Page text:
“No man is a monster!” claims one of the characters in “Frankenstein,” partway through the thrillingly staged production, directed by Danny Boyle and produced at the UK’s Royal National Theatre in 2011. The staging turns that statement into a question, which makes for a bold, sweeping retelling of the classic horror story.
One of the best-known features of the production is that the two lead actors, Benedict Cumberbatch and Jonny Lee Miller, playing Victor Frankenstein and the Creature he brings to life, alternate playing each role. The casting choice adds another layer of fluidity and complexity to the dark morality displayed by both characters. National Theatre Live is making the production available on its YouTube channel for a limited time, and viewers will have the opportunity to compare productions – this reviewer saw Benedict Cumberbatch portraying Victor Frankenstein and Jonny Lee Miller as the Creature. (Read a review of the show with Benedict Cumberbatch as the Creature.)
At the beginning of the show and of the Creature’s life, there is light. A fizzy spark that wakes a figure trapped in a sphere. It’s alive! Or he’s alive, as we soon learn. What follows is a riveting sequence, finding the Creature taking control of his body and voice and going through the agony of walking and shouting.
Jonny Lee Miller is entrancing as the Creature in an intensely physical performance. Pieced together, with a seam bisecting his head, he has a hard time disguising himself from the cruel world he soon meets. Miller’s performance makes him an object of empathy, not of pity, made clear in his early refuge with a blind, older teacher (an excellent Karl Johnson) who educates him about the world. Nick Drear, who adapted the novel for the stage, says that both he and director Danny Boyle wanted to offer the Creature’s viewpoint, and to tell the story “from the perspective of the experiment rather than the experimenter.”
“…a bold, sweeping retelling of the classic horror story.“
The experimenter, Frankenstein, is also wonderful to watch, and a little more easy to hate. Little seen in the first half of the play except in a brief encounter showing his horror at his creation, Dr. Frankenstein’s first confrontation with the Creature is phenomenal. A supercilious man of science, the verbal battle between the two reveals his belief in his total dominion over the Creature. “I am your master, you should show me respect!” he shouts. “A master has responsibilities,” the Creature retorts, angry at his initial abandonment. Bruno Poet’s lighting design, made of up innumerable electric bulbs, could also allude to Edison, another high-minded inventor, albeit one who lived decades after this story’s early Victorian setting.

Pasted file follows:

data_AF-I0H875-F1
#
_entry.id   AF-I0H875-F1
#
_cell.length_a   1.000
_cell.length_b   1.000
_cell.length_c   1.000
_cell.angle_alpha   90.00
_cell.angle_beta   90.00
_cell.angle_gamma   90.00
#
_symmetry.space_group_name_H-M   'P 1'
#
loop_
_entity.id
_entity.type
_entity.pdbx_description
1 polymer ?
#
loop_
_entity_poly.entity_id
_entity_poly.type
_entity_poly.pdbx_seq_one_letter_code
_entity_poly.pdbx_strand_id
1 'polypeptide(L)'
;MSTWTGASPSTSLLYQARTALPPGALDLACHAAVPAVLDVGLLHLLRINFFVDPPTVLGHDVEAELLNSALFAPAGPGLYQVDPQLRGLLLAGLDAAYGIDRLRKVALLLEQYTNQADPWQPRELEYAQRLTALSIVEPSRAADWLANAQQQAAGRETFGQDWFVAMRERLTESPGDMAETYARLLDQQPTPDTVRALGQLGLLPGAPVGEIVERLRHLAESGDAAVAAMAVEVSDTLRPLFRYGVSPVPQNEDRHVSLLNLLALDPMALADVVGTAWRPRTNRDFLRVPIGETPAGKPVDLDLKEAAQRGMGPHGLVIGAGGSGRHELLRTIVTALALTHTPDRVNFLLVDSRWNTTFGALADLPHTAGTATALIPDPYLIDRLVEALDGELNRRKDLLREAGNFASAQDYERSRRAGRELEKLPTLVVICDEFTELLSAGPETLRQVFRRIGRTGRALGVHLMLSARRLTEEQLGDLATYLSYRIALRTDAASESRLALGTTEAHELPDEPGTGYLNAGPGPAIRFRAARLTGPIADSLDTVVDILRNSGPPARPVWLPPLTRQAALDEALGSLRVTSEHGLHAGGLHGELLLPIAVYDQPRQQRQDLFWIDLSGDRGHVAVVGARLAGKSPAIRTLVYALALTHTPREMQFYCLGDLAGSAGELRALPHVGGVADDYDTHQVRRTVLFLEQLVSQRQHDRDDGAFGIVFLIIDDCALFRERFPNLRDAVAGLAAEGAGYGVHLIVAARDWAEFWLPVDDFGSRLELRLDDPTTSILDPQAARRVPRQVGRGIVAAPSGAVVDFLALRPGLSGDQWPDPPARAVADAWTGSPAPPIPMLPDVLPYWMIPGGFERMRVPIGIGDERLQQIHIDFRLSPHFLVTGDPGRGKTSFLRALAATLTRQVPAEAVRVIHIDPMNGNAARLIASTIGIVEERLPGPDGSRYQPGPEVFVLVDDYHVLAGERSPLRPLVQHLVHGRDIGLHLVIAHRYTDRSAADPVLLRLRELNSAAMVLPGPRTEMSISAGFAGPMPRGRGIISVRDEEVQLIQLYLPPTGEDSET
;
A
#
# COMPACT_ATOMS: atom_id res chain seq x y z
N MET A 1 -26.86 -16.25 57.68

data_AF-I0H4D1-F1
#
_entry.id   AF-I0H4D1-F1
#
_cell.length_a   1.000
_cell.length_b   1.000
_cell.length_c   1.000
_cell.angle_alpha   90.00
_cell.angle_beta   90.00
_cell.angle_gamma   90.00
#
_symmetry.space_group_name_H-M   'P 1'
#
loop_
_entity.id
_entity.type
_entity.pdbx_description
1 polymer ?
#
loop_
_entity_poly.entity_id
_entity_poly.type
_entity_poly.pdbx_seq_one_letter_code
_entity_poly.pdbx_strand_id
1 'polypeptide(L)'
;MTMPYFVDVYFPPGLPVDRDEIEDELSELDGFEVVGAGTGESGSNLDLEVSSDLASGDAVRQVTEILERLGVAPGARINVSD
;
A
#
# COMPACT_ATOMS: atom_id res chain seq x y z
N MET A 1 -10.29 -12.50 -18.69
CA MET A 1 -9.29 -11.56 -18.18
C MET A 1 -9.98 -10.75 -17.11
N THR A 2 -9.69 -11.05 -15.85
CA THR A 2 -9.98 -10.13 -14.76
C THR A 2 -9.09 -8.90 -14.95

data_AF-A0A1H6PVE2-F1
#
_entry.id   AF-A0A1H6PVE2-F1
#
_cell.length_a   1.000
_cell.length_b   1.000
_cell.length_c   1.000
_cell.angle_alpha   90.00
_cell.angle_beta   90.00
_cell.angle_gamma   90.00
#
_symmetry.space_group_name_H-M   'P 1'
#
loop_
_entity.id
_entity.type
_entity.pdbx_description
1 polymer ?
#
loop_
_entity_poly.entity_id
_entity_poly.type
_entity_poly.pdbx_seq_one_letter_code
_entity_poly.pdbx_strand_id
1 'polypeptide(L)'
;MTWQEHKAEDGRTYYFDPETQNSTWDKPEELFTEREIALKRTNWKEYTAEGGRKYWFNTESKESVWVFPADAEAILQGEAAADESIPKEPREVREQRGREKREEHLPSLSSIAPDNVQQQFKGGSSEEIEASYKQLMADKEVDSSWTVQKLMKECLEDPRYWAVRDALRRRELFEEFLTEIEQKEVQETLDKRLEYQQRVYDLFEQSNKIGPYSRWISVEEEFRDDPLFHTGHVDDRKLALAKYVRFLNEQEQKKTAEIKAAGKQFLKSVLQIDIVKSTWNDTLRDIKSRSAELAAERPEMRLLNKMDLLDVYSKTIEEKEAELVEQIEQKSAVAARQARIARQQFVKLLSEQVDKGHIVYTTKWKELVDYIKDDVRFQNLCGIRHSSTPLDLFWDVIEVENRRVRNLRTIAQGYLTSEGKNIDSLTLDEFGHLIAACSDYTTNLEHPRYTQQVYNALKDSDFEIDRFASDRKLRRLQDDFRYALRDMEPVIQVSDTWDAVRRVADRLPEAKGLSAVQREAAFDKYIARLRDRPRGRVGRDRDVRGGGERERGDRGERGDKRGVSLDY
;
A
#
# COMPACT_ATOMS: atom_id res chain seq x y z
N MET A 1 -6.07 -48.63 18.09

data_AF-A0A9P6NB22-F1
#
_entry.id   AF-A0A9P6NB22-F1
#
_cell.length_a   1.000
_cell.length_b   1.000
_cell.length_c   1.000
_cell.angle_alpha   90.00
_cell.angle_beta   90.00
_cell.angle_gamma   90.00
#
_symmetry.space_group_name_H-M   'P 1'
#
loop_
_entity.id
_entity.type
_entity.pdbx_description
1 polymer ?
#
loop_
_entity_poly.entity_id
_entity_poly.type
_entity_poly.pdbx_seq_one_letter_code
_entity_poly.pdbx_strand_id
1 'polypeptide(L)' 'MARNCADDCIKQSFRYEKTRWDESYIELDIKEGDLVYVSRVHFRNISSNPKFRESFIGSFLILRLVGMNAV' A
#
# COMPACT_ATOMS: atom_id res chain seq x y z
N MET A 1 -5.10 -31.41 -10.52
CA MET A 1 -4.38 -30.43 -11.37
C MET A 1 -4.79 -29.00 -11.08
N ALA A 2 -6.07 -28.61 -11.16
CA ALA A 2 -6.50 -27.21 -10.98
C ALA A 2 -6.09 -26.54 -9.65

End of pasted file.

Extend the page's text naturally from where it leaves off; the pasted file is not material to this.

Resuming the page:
Cumberbatch excels in the role, his self-righteous belief in his own powers coming clear through Drear’s wonderful script. “In science, we keep our secrets,” he quips. Frankenstein keeps those secrets even from Elizabeth, his fiancé and cousin, who is interested in pro-creation of the more traditional kind. Sensitively portrayed by Naomie Harris, Elizabeth offers another foil to his obsession with controlling life.
Danny Boyle paces the show well, bringing chaotic flair especially to the early scenes, as the Creature is confronted by the industrial age in the form of a train onstage. Tim Van Someren’s direction of the broadcast does a nice job capturing Miller’s expressive performance, and the aerial shots bring to mind, whether intended or not, Frankenstein’s own exalted view of the world, looking down on its inhabitants like a god.
Still, it is the Creature who maintains our sympathies the most throughout, for better or worse. Convincing enough in his arguments to Frankenstein, the mad scientist agrees to a second experiment, to make the Creature his own mate, a dangerous bargain that leads the two characters towards a tragic climactic scene.
The show ultimately turns on its head the separation between monster and man, leaving the two leads locked in their final battle. It’s an unsettling ending to a phenomenal production.
Running time: About two hours.
Advisory: Recommended for ages 12 and up. Some violence.
“Frankenstein” will be streaming on National Theatre Live’s YouTube channel. The production with Benedict Cumberbatch as the Creature will be available until 2 p.m. ET on Thursday, May 7, and is available here.
The production with Jonny Lee Miller as the Creature will be available until 2 p.m. ET on Friday, May 8, and is available here.